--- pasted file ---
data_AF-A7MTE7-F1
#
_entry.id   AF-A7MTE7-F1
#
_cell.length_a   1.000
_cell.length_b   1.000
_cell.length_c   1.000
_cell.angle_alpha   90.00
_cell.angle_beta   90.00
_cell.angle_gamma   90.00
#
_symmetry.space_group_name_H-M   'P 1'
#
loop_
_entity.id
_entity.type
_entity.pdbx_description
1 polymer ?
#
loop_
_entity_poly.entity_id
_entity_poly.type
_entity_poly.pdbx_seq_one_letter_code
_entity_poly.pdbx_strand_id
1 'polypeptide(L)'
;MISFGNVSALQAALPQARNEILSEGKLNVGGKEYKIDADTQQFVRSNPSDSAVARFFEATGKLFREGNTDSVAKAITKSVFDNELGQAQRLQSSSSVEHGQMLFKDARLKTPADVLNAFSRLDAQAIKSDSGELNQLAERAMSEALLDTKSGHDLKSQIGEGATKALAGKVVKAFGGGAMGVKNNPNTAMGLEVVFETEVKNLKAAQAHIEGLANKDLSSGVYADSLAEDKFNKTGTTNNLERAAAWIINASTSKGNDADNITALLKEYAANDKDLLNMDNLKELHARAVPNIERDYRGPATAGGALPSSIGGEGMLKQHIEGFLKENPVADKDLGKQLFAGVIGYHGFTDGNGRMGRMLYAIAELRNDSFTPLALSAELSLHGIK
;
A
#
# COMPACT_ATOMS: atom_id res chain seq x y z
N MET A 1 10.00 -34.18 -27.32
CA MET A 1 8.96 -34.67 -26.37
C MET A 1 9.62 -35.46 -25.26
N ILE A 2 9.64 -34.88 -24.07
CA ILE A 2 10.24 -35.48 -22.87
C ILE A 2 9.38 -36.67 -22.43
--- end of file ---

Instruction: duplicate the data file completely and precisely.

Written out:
data_AF-A7MTE7-F1
#
_entry.id   AF-A7MTE7-F1
#
_cell.length_a   1.000
_cell.length_b   1.000
_cell.length_c   1.000
_cell.angle_alpha   90.00
_cell.angle_beta   90.00
_cell.angle_gamma   90.00
#
_symmetry.space_group_name_H-M   'P 1'
#
loop_
_entity.id
_entity.type
_entity.pdbx_description
1 polymer ?
#
loop_
_entity_poly.entity_id
_entity_poly.type
_entity_poly.pdbx_seq_one_letter_code
_entity_poly.pdbx_strand_id
1 'polypeptide(L)'
;MISFGNVSALQAALPQARNEILSEGKLNVGGKEYKIDADTQQFVRSNPSDSAVARFFEATGKLFREGNTDSVAKAITKSVFDNELGQAQRLQSSSSVEHGQMLFKDARLKTPADVLNAFSRLDAQAIKSDSGELNQLAERAMSEALLDTKSGHDLKSQIGEGATKALAGKVVKAFGGGAMGVKNNPNTAMGLEVVFETEVKNLKAAQAHIEGLANKDLSSGVYADSLAEDKFNKTGTTNNLERAAAWIINASTSKGNDADNITALLKEYAANDKDLLNMDNLKELHARAVPNIERDYRGPATAGGALPSSIGGEGMLKQHIEGFLKENPVADKDLGKQLFAGVIGYHGFTDGNGRMGRMLYAIAELRNDSFTPLALSAELSLHGIK
;
A
#
# COMPACT_ATOMS: atom_id res chain seq x y z
N MET A 1 10.00 -34.18 -27.32
CA MET A 1 8.96 -34.67 -26.37
C MET A 1 9.62 -35.46 -25.26
N ILE A 2 9.64 -34.88 -24.07
CA ILE A 2 10.24 -35.48 -22.87
C ILE A 2 9.38 -36.67 -22.43